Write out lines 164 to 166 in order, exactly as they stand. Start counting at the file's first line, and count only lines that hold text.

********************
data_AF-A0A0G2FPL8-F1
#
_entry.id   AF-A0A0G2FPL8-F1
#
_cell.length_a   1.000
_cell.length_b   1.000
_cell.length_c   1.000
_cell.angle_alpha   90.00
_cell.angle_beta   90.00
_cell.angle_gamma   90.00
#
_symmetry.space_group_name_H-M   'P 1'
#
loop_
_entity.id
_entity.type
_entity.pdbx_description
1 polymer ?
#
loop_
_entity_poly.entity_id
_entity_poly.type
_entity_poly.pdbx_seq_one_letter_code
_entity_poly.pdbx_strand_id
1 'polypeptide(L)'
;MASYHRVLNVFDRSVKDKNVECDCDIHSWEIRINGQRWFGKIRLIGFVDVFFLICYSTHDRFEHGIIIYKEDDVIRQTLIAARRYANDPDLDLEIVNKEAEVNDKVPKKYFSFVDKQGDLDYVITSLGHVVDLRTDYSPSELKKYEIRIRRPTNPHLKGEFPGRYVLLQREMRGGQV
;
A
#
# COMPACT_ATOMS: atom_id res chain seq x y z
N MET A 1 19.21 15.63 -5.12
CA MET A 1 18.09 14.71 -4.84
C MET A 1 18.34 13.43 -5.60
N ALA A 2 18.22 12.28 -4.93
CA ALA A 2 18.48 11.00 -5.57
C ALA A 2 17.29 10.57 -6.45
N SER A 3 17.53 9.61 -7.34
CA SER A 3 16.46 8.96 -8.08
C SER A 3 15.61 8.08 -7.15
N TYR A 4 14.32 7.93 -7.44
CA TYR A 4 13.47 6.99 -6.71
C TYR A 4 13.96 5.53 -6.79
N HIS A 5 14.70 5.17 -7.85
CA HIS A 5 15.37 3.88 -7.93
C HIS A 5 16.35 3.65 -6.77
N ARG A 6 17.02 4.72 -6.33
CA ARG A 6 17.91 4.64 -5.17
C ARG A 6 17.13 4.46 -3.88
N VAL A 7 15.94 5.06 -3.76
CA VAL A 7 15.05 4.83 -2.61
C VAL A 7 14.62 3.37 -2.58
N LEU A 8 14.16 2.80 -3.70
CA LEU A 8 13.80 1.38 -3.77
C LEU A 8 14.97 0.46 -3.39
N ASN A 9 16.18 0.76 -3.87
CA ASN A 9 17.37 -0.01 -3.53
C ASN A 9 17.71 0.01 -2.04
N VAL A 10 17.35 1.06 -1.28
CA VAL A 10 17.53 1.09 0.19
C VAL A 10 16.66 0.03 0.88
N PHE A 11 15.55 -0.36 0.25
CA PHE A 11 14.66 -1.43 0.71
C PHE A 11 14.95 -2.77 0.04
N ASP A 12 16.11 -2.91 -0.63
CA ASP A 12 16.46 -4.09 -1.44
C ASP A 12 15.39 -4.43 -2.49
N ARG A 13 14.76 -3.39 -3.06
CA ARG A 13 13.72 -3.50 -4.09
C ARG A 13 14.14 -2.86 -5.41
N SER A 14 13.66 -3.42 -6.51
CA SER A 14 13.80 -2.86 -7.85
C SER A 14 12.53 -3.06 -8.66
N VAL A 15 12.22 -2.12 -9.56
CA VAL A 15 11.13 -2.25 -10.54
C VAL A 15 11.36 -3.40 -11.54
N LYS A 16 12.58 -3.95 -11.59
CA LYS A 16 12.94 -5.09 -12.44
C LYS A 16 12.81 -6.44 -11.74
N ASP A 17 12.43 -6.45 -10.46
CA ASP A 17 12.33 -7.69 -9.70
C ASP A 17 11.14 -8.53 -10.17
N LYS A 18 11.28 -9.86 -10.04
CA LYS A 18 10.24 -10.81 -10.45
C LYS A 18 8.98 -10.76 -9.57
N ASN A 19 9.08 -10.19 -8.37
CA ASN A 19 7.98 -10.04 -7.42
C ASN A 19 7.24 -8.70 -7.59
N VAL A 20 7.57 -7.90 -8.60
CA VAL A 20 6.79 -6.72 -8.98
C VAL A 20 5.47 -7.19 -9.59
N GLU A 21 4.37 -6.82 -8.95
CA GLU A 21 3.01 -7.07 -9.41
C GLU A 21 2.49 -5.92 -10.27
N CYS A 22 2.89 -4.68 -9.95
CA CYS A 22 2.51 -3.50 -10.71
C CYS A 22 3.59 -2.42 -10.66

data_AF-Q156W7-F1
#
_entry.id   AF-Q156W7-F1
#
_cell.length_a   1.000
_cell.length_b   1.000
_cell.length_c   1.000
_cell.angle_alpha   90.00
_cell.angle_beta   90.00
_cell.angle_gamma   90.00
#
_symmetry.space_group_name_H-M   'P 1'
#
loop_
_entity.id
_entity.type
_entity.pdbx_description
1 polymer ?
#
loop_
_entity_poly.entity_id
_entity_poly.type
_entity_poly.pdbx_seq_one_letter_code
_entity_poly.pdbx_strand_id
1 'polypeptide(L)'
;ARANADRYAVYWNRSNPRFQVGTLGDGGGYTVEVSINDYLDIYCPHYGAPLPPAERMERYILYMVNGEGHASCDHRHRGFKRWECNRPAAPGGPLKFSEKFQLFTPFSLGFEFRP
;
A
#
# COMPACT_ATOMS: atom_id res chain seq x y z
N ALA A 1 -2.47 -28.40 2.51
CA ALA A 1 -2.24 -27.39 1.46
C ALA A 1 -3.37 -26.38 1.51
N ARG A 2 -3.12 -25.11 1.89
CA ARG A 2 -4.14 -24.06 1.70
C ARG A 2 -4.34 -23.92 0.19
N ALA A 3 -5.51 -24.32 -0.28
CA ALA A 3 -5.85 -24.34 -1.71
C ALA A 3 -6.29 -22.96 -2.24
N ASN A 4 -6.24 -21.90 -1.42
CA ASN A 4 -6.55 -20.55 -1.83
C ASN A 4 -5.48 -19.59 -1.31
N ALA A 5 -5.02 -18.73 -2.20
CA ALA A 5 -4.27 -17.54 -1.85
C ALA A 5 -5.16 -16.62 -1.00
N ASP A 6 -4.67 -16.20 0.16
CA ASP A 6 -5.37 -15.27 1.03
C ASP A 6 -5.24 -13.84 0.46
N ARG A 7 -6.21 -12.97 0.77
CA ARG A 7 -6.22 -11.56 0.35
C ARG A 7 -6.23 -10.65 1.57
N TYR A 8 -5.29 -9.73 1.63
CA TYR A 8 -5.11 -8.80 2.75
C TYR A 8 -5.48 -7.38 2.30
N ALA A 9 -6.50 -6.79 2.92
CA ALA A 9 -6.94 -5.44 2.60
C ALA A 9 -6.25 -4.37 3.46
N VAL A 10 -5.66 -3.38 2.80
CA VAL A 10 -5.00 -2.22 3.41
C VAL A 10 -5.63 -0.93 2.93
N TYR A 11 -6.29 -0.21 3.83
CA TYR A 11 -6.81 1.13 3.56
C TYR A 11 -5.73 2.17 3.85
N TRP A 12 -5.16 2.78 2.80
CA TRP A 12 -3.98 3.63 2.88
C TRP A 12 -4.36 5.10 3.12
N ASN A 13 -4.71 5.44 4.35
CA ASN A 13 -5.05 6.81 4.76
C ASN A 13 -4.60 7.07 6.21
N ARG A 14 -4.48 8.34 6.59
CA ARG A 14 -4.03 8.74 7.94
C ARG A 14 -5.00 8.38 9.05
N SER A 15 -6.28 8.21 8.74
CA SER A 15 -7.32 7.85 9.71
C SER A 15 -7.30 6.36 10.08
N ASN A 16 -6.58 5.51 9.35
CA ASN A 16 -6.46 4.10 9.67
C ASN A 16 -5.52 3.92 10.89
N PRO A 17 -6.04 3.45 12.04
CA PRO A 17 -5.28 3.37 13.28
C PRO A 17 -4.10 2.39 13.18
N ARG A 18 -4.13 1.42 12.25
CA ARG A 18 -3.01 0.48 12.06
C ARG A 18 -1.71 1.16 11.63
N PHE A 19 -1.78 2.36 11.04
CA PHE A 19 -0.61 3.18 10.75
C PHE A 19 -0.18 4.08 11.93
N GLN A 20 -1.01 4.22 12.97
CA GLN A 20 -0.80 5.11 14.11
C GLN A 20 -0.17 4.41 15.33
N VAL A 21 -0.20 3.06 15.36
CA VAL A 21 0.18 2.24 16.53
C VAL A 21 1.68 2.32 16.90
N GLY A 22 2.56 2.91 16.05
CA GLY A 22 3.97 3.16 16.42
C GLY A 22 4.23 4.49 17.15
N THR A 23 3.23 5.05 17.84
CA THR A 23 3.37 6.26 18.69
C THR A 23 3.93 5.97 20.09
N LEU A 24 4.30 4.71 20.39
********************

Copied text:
CA ASN A 13 -5.05 6.81 4.76
C ASN A 13 -4.60 7.07 6.21
N ARG A 14 -4.48 8.34 6.59